Echo users cannot feel safe after reading about the information that Amazon employees have access to

Earlier this month, we told you that Amazon has teams of employees in Boston, Indonesia and Romania who listen to consumer recordings that interact with Alexa. Team members transcribe these footage, add comments, and load the information into a program. The goal is to help the virtual personal assistant get better at listening to and understanding human commands. Today, Bloomberg reports that these employees can also access the user's home addresses.

Some team members may discover an Alexa user's geographic coordinates. With this information, the data can be entered into a third-party mapping application to detect the home address of that user. Amazon previously said that these employees and consultants could not obtain information that would allow them to know the names and addresses of each Alexa user whose records they reviewed.

Since then, Amazon has released a statement stating that among members of the Amazon Alexa Data Service Team, only a limited number of people have access to the tools that can help find the Alexa users' addresses. Amazon says those who have the ability to acquire the information need it to process a small number of Alexa interactions. This is done to improve the performance of Amazon's virtual helper.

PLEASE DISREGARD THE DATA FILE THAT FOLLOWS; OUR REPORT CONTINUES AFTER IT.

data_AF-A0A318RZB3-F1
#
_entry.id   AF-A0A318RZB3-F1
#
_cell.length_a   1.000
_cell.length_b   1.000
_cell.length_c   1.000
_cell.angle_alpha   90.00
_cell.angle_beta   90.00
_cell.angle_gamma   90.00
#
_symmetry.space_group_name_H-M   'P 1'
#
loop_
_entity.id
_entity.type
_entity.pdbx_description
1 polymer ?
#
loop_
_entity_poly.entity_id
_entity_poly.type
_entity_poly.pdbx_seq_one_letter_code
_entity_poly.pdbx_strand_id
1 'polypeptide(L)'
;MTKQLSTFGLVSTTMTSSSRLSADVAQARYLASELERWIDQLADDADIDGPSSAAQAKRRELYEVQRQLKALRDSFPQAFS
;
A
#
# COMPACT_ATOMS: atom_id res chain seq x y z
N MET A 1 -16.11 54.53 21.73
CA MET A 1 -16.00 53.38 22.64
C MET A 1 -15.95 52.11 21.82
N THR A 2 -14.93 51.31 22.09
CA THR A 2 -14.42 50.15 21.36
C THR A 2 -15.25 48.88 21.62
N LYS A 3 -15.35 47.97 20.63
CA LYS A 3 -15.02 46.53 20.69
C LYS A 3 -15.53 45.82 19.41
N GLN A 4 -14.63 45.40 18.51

Despite Amazon's statement to the contrary, two anonymous Amazon employees told Bloomberg that until recently, the vast majority of Alexa Data Service team members had access to the tools needed to obtain the customer's addresses. In addition, using the first time an Echo user gives Alexa a task, the Amazon used the Internet address to get its approximate location. Now the company uses a customer's shipping address as the default location for an Echo unit.

Bloomberg looked like an Alexa Data Services team member, listening to the recording of an Echo user commands to Alexa. He pasted the length and width of the user into Google Maps. Suddenly, the employee's screen showed a picture of the Echo user's home along with his address.

Some questions about Amazon really need a need for this data. Lindsey Barrett, a lawyer and teacher at Georgetown Law's Communications and Technology Clinic, says that the ability of any Amazon employee to access location data is a red flag. She noted that "Whenever anyone collects where you are, it means it can go to someone else who can find you when you don't want to be found."

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